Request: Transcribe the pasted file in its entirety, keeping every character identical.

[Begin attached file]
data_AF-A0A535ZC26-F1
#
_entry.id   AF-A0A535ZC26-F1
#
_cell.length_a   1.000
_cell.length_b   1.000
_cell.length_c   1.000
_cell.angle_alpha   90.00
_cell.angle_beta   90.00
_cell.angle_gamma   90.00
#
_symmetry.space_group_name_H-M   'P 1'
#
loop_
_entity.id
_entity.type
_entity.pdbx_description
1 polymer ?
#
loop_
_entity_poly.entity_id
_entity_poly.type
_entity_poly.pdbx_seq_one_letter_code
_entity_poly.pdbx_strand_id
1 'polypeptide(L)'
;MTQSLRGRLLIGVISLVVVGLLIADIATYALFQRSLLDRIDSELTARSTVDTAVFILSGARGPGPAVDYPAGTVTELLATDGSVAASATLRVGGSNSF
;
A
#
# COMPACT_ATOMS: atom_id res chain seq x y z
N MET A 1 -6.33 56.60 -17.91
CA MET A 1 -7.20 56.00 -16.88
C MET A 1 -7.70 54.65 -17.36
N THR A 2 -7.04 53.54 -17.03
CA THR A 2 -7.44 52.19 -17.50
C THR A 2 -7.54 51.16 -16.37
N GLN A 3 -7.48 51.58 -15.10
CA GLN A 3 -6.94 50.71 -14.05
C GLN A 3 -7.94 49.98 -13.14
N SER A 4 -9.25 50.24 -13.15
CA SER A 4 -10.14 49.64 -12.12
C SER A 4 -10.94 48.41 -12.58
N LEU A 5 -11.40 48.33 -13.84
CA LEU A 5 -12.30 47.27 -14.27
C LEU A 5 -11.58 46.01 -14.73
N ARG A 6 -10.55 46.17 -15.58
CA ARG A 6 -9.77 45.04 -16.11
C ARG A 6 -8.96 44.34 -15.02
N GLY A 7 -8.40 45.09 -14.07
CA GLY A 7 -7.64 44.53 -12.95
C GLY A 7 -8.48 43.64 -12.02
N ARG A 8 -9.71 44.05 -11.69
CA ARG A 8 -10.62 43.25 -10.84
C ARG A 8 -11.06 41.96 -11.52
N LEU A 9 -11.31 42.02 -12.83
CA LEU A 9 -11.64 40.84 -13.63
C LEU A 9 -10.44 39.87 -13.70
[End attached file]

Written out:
data_AF-A0A535ZC26-F1
#
_entry.id   AF-A0A535ZC26-F1
#
_cell.length_a   1.000
_cell.length_b   1.000
_cell.length_c   1.000
_cell.angle_alpha   90.00
_cell.angle_beta   90.00
_cell.angle_gamma   90.00
#
_symmetry.space_group_name_H-M   'P 1'
#
loop_
_entity.id
_entity.type
_entity.pdbx_description
1 polymer ?
#
loop_
_entity_poly.entity_id
_entity_poly.type
_entity_poly.pdbx_seq_one_letter_code
_entity_poly.pdbx_strand_id
1 'polypeptide(L)'
;MTQSLRGRLLIGVISLVVVGLLIADIATYALFQRSLLDRIDSELTARSTVDTAVFILSGARGPGPAVDYPAGTVTELLATDGSVAASATLRVGGSNSF
;
A
#
# COMPACT_ATOMS: atom_id res chain seq x y z
N MET A 1 -6.33 56.60 -17.91
CA MET A 1 -7.20 56.00 -16.88
C MET A 1 -7.70 54.65 -17.36
N THR A 2 -7.04 53.54 -17.03
CA THR A 2 -7.44 52.19 -17.50
C THR A 2 -7.54 51.16 -16.37
N GLN A 3 -7.48 51.58 -15.10
CA GLN A 3 -6.94 50.71 -14.05
C GLN A 3 -7.94 49.98 -13.14
N SER A 4 -9.25 50.24 -13.15
CA SER A 4 -10.14 49.64 -12.12
C SER A 4 -10.94 48.41 -12.58
N LEU A 5 -11.40 48.33 -13.84
CA LEU A 5 -12.30 47.27 -14.27
C LEU A 5 -11.58 46.01 -14.73
N ARG A 6 -10.55 46.17 -15.58
CA ARG A 6 -9.77 45.04 -16.11
C ARG A 6 -8.96 44.34 -15.02
N GLY A 7 -8.40 45.09 -14.07
CA GLY A 7 -7.64 44.53 -12.95
C GLY A 7 -8.48 43.64 -12.02
N ARG A 8 -9.71 44.05 -11.69
CA ARG A 8 -10.62 43.25 -10.84
C ARG A 8 -11.06 41.96 -11.52
N LEU A 9 -11.31 42.02 -12.83
CA LEU A 9 -11.64 40.84 -13.63
C LEU A 9 -10.44 39.87 -13.70